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Plays for the People: Live Theatre Week


Theatre artist Geoffrey Simmons. Photos by Mike Hipple.

Next month, for a week, you can see one of dozens of shows for the friendly price of free.

How much is a night of great theatre worth?

That’s a tough question, particularly when most of us are tightening our belts (and maybe even adding a couple of new notches). Mainstage theatre can be an expensive night out and even fringe venues often cost more than a movie or live music.

But if it’s tough for audiences, it’s even tougher for theatre artists. Compared to most other art forms, even a small-cast play is an expensive proposition, partly for production costs but mostly because of all the people involved — actors, backstage crew, costume and set designers, carpenters, box office and other front-of-house staff and more. To help counter the high ticket prices that result, many theatres offer discounted tickets for students and seniors or schedule pay-what-you-will performances.

Cheap tickets are a good idea. But what if you had a couple of tickets to a show that cost absolutely nothing?

That’s the offer during Seattle’s Live Theatre Week, October 13 – 19, during which dozens of local companies will offer backstage tours, host open houses, have special readings and even provide tickets for free — two per customer — to a wide variety of local productions. Tickets will be available via the Web site seattleperforms.com beginning October 6.

The idea started, in 2005, as one of those resolutions passed by the Seattle City Council declaring one week in October to be Live Theatre Week. “It was a fantastic gesture, but it really was nothing more than a proclamation,” says Sam Read of Theatre Puget Sound, a support organization that counts hundreds of local companies and individual artists among its members. To make it something meaningful, particularly to people’s pocketbooks, TPS launched a modest festival, encouraging its member theatres to organize their own events independently. From 2005 to 2007, the number of participating groups grew to fifty-five; over three thousand people attended various performances. Organizers expect these numbers to swell further this year.

What’s the cost to the participating theatres? Don’t they take a hit at the box office they may not be able to sustain? “We actually make more money on those nights than other nights,” says an astonished Andrew McMasters, artistic director of Wing-It Productions’ Jet City Improv, a Theatre Week participant from the beginning. “Our concessions income goes up exponentially and our donation box gets very full. I think audiences use the event as an excuse to try out something new. I’ve found them very generous when they like what they see.”

Theatre Week is also a quick cure for obscurity, a way to build recognition. “As a newer company, we are very much in the process of developing a solid and reliable audience base,” says Kaitie Warren of Balagan Theatre, a young fringe company. “Live Theatre Week is an invaluable opportunity for us to show who we are and what we can do.” And now that the late, lamented Seattle Fringe Theatre Festival is history, Live Theatre Week is the sole opportunity to see a snapshot of all that’s happening in theatre in Seattle. “It’s a chance for all the theatres in the city to work together,” says Warren.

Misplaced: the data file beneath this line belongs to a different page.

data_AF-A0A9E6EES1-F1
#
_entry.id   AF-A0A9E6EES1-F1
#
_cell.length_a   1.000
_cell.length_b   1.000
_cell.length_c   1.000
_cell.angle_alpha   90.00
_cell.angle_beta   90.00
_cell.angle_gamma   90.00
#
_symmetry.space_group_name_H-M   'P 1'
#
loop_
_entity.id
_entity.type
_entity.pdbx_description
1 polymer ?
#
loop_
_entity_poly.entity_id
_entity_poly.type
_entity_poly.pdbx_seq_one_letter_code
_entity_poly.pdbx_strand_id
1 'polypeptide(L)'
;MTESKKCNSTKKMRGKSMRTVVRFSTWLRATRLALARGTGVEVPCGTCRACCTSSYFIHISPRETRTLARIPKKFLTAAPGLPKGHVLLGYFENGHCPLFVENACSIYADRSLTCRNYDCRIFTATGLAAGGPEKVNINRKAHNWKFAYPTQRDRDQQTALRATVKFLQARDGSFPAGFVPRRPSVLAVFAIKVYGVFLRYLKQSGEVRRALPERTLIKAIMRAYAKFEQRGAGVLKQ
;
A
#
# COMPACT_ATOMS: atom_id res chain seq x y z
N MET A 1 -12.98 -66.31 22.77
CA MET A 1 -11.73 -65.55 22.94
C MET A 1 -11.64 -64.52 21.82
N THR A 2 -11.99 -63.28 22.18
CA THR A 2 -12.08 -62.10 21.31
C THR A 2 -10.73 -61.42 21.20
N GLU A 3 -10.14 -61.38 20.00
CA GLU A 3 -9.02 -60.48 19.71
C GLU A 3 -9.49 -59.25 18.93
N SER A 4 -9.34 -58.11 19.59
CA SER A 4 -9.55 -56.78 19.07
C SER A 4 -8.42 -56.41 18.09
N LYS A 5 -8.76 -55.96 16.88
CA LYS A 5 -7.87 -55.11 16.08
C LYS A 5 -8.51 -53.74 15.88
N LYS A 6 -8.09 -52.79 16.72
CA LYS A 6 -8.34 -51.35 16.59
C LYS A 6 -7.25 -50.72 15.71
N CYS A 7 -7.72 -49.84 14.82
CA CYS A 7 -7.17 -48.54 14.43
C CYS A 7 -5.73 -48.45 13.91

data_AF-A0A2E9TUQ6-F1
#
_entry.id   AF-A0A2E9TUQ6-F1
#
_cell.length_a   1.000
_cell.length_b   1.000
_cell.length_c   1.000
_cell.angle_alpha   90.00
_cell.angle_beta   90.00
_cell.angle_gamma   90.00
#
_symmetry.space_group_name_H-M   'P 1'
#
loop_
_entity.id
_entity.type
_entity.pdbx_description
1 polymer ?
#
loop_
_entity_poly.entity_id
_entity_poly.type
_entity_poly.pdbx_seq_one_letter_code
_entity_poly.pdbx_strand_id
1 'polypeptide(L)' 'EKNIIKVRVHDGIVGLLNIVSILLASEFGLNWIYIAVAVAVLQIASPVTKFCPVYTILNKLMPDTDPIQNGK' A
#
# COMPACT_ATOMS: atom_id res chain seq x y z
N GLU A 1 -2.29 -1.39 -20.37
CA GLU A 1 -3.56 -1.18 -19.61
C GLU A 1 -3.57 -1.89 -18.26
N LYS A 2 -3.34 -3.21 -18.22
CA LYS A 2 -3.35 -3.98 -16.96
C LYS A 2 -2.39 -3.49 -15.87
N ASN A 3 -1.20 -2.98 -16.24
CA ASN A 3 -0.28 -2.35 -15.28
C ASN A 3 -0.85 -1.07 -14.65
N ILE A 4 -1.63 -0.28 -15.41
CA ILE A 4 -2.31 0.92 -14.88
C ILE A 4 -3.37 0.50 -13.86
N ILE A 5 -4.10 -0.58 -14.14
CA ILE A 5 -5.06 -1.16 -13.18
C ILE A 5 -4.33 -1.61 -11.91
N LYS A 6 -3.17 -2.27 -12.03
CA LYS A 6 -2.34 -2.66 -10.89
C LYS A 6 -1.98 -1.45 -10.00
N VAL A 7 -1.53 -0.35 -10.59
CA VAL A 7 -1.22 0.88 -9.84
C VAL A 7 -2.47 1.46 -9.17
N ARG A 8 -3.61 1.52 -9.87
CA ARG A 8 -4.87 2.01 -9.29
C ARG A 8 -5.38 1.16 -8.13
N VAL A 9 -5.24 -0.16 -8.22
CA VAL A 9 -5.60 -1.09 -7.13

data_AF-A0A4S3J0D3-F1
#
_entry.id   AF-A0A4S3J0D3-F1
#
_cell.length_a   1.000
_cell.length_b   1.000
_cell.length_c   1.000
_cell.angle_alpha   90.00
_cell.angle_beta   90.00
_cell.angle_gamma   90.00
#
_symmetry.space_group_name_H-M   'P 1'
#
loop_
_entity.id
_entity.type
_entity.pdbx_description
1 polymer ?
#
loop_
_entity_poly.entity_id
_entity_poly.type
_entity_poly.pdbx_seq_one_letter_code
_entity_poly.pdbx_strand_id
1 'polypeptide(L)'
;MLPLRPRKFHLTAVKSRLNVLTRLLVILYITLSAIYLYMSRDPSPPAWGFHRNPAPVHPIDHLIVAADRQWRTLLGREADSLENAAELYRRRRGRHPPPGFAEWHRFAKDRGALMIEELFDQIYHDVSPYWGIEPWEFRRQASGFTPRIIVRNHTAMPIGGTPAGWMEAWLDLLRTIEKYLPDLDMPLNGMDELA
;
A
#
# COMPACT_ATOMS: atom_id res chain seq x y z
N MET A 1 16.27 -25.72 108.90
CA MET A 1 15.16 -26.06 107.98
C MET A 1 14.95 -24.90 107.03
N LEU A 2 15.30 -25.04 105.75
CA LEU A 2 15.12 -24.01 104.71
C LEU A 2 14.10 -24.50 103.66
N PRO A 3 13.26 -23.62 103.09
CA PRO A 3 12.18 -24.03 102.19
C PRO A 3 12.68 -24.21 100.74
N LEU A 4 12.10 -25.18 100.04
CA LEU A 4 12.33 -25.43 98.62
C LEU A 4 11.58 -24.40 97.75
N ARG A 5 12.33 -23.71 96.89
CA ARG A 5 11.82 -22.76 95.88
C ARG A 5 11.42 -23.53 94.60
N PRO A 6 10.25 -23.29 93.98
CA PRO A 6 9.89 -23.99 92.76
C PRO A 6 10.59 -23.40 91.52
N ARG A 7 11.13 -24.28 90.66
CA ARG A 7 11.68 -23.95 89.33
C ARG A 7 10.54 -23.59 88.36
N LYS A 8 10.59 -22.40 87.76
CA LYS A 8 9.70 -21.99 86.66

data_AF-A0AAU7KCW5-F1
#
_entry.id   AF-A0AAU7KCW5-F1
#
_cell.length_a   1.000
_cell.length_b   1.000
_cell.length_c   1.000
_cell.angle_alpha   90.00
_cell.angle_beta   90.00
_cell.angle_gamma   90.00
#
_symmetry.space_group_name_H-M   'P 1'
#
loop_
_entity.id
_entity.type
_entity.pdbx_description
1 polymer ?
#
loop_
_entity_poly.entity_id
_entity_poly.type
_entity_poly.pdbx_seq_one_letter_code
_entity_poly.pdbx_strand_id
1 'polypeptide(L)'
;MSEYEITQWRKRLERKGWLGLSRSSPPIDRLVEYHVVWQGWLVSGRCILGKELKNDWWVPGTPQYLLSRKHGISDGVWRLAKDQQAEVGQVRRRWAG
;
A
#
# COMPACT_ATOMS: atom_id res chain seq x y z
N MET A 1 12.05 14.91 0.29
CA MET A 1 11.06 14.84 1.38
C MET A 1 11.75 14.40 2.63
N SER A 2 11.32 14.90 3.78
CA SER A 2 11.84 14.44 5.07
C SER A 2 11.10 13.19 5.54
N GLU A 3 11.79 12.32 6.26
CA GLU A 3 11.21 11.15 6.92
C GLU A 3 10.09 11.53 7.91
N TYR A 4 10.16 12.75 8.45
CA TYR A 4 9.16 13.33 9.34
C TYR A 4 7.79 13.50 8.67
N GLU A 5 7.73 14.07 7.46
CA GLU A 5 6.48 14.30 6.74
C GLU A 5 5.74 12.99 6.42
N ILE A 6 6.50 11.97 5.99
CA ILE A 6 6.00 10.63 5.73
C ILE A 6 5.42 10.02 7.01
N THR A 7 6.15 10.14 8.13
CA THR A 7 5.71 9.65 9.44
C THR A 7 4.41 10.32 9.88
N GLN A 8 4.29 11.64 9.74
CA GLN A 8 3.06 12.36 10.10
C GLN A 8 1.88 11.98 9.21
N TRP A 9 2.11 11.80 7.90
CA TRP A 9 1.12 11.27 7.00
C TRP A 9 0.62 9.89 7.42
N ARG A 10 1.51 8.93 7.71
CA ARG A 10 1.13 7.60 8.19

Kathy Hsieh of SIS Productions’ Sex in Seattle, a live serial comedy, also believes that the umbrella event gives audiences the incentive to try something new and with no financial risk. “There are a lot of people, especially when the economy is hurting the way it is, who love theatre and want to see more. But it’s a lot riskier to try a company or a show you’ve never gone to before if you have to pay.” Hsieh uses the free tickets herself. “I usually see as many as one hundred shows a year, but I love the opportunity Live Theatre Week provides to try something different for a change.”


Theatre artist Allison Kline

Does it send the wrong message for theatre companies to be collectively giving away thousands of dollars of tickets for free? (Think of the awful-tasting nutrition bars handed out in downtown streets at lunchtime. Have you ever been inspired to buy one?) Read doesn’t think so. It’s both a common business strategy for attracting new customers, he notes, and a great way to call attention to the tremendous variety of theatre in Seattle. “In fact, I would argue that when used properly it can be a highly effective and cost-efficient marketing device,” he says. And particularly since those who have participated in previous years are encouraged not to take tickets for the same theatre two years in a row — and to spread the word on what they’ve seen and liked to their friends. “Theatres need to provide a memorable experience that goes above and beyond a commercial transaction,” he explains.

McMasters had an experience last year that confirmed for him Live Theatre Week’s value. “A father came with his daughter to our last free performance and he told me that this was a special event for them. They’d gotten dressed up, had dinner and then went out to the theatre. He had never even heard of Jet City Improv before that night, but he saw this as a chance to spend a fancy night out with his daughter at a price he could afford.”

Less than ten percent of Americans go to a play or musical of any sort in a typical year. If theatre artists are going to change that daunting statistic, they’ve got to come up with some new and different ideas. A couple of free tickets during Live Theatre Week is a good place to start. 

 

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